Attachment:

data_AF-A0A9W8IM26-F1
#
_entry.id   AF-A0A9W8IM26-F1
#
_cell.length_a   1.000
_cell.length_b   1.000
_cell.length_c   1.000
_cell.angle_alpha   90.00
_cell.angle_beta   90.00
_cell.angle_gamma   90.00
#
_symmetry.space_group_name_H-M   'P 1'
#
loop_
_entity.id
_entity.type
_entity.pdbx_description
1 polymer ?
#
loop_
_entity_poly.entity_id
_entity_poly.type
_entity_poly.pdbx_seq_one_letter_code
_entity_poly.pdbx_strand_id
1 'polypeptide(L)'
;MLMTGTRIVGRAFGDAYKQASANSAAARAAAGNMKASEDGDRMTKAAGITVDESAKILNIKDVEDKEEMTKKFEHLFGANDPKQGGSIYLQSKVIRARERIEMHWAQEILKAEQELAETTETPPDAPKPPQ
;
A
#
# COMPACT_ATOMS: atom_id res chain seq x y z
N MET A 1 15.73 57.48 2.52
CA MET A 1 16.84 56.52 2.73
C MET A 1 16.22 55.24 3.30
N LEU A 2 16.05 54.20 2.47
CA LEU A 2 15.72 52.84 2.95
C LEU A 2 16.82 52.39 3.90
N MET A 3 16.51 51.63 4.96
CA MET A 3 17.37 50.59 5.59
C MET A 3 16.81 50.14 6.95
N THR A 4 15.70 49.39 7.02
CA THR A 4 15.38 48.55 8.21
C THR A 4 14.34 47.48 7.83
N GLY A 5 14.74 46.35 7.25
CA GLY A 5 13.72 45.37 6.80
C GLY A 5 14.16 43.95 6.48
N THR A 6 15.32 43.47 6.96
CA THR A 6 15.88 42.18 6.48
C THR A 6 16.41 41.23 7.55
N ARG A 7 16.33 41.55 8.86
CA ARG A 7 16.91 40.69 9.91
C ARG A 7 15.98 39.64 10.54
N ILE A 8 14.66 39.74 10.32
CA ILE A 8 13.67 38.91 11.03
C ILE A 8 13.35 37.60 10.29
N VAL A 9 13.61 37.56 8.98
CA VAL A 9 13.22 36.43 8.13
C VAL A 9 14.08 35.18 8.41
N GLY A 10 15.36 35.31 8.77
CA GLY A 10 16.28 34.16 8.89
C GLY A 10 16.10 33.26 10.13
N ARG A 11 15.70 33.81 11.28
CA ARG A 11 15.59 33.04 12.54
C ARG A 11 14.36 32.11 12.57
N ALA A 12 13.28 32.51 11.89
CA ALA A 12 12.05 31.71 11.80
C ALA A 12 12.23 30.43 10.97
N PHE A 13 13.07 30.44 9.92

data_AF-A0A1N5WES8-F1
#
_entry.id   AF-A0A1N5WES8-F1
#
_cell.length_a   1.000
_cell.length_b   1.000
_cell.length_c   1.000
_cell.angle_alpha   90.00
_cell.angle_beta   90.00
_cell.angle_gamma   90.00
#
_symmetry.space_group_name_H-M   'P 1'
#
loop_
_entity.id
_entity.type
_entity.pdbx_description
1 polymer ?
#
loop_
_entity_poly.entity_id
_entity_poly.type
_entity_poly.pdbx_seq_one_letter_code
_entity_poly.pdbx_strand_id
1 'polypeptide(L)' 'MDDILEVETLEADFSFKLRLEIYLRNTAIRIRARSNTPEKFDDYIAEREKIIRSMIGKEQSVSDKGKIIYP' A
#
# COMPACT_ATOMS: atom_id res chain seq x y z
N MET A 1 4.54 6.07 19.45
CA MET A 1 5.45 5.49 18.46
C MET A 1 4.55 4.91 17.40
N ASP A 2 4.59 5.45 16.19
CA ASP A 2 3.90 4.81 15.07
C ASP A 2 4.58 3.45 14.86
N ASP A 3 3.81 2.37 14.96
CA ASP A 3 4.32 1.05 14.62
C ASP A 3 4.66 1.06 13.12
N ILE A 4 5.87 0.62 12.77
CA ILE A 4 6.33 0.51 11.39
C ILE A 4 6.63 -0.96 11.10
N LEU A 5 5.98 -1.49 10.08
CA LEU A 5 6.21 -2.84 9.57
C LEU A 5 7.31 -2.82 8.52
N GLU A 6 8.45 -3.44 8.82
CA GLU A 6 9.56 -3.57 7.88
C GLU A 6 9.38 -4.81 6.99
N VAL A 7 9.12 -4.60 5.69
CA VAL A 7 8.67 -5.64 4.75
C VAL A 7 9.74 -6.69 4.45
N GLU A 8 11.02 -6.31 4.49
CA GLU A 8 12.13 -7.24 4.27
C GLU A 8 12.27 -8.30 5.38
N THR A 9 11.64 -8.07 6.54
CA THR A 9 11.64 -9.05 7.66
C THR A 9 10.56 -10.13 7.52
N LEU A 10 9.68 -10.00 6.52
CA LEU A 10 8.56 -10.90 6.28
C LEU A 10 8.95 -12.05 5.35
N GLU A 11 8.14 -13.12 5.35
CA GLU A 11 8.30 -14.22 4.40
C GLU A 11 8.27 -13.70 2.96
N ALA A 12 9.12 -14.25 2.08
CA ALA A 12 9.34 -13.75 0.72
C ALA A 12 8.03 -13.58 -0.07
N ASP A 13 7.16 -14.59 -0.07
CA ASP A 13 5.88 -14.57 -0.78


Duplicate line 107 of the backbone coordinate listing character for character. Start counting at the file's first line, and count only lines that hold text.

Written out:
N LEU A 5 5.98 -1.49 10.08